Penrod feels that Do the Ride Thing, and other UNR alcohol prevention initiatives such as the Brief Alcohol Screening and Intervention of College Students program have made a positive impact on Wolf Pack safety.
“We do know through data collected by Student Conduct, that the retention rate for freshmen has increased dramatically over the past five years,” Penrod said. “We have also reduced the number of incidents, arrests and injuries at football games . . .”
Christine Adams, Do the Ride Thing’s program manager, hopes that the Do the Ride Thing “Wolf Tag” program grows to include businesses farther outside of campus to eventually include partners from downtown Reno who will offer discounts to sober students with “Wolf Tags.”
But she has had some difficulty while talking to businesses about partnering with the program and she has walked away feeling that the initiative is not as important to them as it is to her. She feels that some businesses she has approached would not take a partnership with the program or its goals seriously.
Even with an average of 50 to 100 pledges signing up during each event, Adams said that the total of around 3,000 pledges is small overall.
Although still relatively small in comparison to other campus programs, Do the Ride Thing gets its notice on campus, online and during events with the help of its umbrella program, Be In the Know, a campus program designed to offer UNR students opportunities to have fun on campus.
Lane King, the Be In the Know program coordinator and senator in the Associated Students of the University of Nevada, said that the program offers alternative ways to have fun rather than drinking.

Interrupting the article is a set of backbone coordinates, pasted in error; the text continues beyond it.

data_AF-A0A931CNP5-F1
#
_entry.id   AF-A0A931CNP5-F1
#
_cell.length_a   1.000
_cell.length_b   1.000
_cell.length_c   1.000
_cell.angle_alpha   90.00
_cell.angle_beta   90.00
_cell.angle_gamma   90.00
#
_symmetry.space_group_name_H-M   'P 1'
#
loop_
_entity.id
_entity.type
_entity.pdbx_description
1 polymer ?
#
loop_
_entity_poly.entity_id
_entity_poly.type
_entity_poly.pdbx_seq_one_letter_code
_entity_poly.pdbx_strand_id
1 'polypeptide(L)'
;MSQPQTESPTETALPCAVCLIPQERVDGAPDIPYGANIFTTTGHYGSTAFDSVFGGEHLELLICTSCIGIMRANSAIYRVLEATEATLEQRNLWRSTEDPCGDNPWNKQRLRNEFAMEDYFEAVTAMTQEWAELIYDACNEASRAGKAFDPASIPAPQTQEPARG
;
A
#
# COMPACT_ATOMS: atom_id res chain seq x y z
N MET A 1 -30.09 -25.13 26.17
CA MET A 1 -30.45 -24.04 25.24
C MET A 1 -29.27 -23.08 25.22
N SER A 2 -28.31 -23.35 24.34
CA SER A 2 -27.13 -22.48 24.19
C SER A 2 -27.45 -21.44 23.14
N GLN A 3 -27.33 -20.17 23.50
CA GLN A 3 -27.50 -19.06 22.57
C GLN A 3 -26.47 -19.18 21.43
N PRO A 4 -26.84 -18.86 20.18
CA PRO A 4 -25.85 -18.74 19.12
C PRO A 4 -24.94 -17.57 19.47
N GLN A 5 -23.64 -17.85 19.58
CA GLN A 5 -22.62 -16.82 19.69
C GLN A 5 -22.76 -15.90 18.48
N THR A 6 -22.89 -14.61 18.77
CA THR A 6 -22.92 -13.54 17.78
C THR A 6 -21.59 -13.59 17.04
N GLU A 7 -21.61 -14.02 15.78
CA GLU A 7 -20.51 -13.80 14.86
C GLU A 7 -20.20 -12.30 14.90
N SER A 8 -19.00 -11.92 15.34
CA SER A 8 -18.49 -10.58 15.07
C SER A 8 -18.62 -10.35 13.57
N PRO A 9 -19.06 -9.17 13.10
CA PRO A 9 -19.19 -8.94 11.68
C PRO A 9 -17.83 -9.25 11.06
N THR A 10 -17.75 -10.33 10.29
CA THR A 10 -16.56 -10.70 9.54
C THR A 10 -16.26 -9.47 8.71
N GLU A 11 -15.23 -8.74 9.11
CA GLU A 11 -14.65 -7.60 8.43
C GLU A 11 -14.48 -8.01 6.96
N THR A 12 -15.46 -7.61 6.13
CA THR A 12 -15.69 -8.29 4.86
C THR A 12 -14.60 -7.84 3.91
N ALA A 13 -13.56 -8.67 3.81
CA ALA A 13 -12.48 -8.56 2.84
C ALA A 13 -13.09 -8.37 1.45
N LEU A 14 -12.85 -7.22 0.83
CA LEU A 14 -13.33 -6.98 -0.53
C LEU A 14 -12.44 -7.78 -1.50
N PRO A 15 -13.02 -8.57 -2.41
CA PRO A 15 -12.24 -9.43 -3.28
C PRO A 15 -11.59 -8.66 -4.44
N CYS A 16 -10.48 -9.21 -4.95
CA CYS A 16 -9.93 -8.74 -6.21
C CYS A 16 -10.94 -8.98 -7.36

Also working as the Victim Impact Panel coordinator for Reno with the Northern Nevada DUI Task Force, Adams sees the tragedy and regret from drunk-driving victims and DUI offenders every month during the panel where victims tell their stories and share their experiences.
“Anything that we can do to stop that from happening especially to our students being so young . . . that’s the important piece,” Adams said. “Our job is to educate, the more times people hear the message, hopefully it will sink in more . . . ”
College students feel a lot of pressure to grow up very quickly as they transition into their adulthood and move away from home. Adams feels that most students don’t have the life experience to deal with the pressure making them especially vulnerable to drinking, which is why she encourages students to pledge with Do the Ride Thing.
“I see our college students specifically as a very bright part of everyone’s future,” Adams said. “These kids are getting educated . . . they’re supposed to be the future. We need to make sure they actually get there.”